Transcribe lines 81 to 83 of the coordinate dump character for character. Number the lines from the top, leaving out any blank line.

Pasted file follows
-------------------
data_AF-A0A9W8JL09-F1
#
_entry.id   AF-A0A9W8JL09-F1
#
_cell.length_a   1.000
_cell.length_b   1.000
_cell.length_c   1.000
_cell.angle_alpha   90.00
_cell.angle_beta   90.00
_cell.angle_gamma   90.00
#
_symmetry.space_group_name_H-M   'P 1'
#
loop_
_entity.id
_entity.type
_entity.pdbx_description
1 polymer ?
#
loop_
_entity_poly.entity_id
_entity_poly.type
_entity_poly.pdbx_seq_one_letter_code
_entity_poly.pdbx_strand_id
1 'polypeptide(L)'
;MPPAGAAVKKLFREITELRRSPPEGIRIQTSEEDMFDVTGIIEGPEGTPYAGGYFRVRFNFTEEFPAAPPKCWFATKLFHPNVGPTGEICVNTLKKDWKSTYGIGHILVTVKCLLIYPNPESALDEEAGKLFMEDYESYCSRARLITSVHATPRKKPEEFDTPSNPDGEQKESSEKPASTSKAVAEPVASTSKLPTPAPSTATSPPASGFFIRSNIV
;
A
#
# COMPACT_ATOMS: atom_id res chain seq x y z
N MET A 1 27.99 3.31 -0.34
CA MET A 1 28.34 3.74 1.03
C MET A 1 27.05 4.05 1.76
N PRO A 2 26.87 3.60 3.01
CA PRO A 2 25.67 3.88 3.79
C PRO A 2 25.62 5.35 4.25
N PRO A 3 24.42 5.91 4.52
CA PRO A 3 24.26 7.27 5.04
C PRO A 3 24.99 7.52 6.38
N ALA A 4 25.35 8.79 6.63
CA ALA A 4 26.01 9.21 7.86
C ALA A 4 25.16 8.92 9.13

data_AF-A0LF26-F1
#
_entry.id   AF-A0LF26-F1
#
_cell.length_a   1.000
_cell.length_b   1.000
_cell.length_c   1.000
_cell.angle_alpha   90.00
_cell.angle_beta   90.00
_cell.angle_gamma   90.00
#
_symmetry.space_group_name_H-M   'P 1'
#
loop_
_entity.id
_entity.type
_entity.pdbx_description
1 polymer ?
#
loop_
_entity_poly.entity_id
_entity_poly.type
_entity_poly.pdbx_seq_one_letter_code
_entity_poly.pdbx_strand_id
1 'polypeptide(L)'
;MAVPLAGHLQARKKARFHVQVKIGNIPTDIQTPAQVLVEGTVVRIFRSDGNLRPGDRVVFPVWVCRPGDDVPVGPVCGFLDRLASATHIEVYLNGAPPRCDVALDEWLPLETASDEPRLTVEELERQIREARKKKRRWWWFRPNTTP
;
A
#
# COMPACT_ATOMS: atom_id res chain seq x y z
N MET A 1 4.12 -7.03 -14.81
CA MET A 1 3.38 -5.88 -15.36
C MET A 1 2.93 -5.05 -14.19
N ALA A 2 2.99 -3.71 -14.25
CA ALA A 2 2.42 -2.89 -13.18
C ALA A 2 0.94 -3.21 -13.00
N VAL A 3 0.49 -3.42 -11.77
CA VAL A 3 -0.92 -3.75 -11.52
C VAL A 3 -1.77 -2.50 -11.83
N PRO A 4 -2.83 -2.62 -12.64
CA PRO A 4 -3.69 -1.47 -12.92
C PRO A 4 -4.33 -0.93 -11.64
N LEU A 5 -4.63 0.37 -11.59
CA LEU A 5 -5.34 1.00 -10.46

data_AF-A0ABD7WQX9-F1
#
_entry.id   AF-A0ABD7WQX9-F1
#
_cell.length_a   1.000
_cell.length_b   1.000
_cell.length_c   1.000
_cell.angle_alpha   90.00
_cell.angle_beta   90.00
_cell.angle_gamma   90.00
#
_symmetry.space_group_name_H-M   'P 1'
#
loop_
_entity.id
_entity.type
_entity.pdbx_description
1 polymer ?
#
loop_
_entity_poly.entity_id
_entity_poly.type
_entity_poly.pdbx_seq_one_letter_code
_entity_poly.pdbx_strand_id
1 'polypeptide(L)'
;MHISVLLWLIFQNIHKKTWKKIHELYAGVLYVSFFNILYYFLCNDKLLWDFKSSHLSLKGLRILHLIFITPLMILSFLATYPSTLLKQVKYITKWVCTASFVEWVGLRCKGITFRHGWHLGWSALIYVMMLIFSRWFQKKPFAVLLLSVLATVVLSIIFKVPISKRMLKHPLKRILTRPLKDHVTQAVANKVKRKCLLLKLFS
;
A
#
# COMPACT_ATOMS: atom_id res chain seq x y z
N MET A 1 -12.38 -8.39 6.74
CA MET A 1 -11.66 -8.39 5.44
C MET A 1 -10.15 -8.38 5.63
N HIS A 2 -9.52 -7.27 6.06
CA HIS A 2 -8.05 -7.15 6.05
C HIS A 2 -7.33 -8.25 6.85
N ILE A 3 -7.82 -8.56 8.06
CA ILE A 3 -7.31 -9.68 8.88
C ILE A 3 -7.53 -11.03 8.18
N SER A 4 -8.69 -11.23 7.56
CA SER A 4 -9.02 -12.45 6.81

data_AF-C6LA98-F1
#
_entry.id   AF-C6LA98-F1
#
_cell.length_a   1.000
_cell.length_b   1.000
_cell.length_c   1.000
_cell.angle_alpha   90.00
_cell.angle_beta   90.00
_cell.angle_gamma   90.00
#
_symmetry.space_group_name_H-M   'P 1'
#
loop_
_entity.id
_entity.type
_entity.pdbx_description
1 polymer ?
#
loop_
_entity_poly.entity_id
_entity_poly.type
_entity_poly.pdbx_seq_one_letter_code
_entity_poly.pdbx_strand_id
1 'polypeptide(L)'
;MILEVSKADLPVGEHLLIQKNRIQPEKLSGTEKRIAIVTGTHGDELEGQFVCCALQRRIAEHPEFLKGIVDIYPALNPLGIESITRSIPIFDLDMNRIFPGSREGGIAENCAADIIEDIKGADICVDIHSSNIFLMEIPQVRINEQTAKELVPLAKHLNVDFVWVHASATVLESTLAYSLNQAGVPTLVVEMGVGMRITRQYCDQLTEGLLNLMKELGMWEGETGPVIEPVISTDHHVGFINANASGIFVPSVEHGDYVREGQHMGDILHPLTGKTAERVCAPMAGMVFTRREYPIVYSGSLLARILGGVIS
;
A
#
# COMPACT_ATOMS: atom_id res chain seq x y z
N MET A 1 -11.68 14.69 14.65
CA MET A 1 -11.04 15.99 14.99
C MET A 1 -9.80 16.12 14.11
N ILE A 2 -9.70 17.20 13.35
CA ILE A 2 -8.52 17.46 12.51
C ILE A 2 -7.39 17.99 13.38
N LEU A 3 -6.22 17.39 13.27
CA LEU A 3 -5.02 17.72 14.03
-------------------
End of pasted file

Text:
C VAL A 3 -1.77 -2.50 -11.83
N PRO A 4 -2.83 -2.62 -12.64
CA PRO A 4 -3.69 -1.47 -12.92